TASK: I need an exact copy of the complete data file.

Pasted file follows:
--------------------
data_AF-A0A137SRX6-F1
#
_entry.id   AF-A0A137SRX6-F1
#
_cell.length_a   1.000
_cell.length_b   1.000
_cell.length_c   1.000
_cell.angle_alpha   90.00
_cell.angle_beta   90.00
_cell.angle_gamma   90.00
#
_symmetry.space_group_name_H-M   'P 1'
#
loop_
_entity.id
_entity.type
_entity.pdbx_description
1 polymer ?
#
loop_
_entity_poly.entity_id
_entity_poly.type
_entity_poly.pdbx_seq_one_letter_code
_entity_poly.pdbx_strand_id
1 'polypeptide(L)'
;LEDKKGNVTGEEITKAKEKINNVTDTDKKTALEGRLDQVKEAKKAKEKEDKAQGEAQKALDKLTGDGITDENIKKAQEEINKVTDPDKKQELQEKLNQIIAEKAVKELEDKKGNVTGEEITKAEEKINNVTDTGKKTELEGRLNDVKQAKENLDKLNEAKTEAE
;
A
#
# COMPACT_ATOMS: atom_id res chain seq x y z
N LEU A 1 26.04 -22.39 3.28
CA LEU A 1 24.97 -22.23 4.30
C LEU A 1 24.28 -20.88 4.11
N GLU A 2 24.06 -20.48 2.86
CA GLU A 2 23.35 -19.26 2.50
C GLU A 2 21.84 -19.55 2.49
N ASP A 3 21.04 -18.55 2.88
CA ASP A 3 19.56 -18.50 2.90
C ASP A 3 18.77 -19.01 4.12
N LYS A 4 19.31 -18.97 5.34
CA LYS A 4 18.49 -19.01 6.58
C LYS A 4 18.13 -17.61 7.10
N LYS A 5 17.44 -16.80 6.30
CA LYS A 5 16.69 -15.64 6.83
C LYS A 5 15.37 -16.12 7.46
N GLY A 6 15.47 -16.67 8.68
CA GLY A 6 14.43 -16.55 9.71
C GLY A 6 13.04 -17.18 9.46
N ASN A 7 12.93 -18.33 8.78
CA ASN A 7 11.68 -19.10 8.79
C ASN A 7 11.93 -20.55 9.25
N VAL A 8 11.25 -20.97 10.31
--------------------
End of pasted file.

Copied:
data_AF-A0A137SRX6-F1
#
_entry.id   AF-A0A137SRX6-F1
#
_cell.length_a   1.000
_cell.length_b   1.000
_cell.length_c   1.000
_cell.angle_alpha   90.00
_cell.angle_beta   90.00
_cell.angle_gamma   90.00
#
_symmetry.space_group_name_H-M   'P 1'
#
loop_
_entity.id
_entity.type
_entity.pdbx_description
1 polymer ?
#
loop_
_entity_poly.entity_id
_entity_poly.type
_entity_poly.pdbx_seq_one_letter_code
_entity_poly.pdbx_strand_id
1 'polypeptide(L)'
;LEDKKGNVTGEEITKAKEKINNVTDTDKKTALEGRLDQVKEAKKAKEKEDKAQGEAQKALDKLTGDGITDENIKKAQEEINKVTDPDKKQELQEKLNQIIAEKAVKELEDKKGNVTGEEITKAEEKINNVTDTGKKTELEGRLNDVKQAKENLDKLNEAKTEAE
;
A
#
# COMPACT_ATOMS: atom_id res chain seq x y z
N LEU A 1 26.04 -22.39 3.28
CA LEU A 1 24.97 -22.23 4.30
C LEU A 1 24.28 -20.88 4.11
N GLU A 2 24.06 -20.48 2.86
CA GLU A 2 23.35 -19.26 2.50
C GLU A 2 21.84 -19.55 2.49
N ASP A 3 21.04 -18.55 2.88
CA ASP A 3 19.56 -18.50 2.90
C ASP A 3 18.77 -19.01 4.12
N LYS A 4 19.31 -18.97 5.34
CA LYS A 4 18.49 -19.01 6.58
C LYS A 4 18.13 -17.61 7.10
N LYS A 5 17.44 -16.80 6.30
CA LYS A 5 16.69 -15.64 6.83
C LYS A 5 15.37 -16.12 7.46
N GLY A 6 15.47 -16.67 8.68
CA GLY A 6 14.43 -16.55 9.71
C GLY A 6 13.04 -17.18 9.46
N ASN A 7 12.93 -18.33 8.78
CA ASN A 7 11.68 -19.10 8.79
C ASN A 7 11.93 -20.55 9.25
N VAL A 8 11.25 -20.97 10.31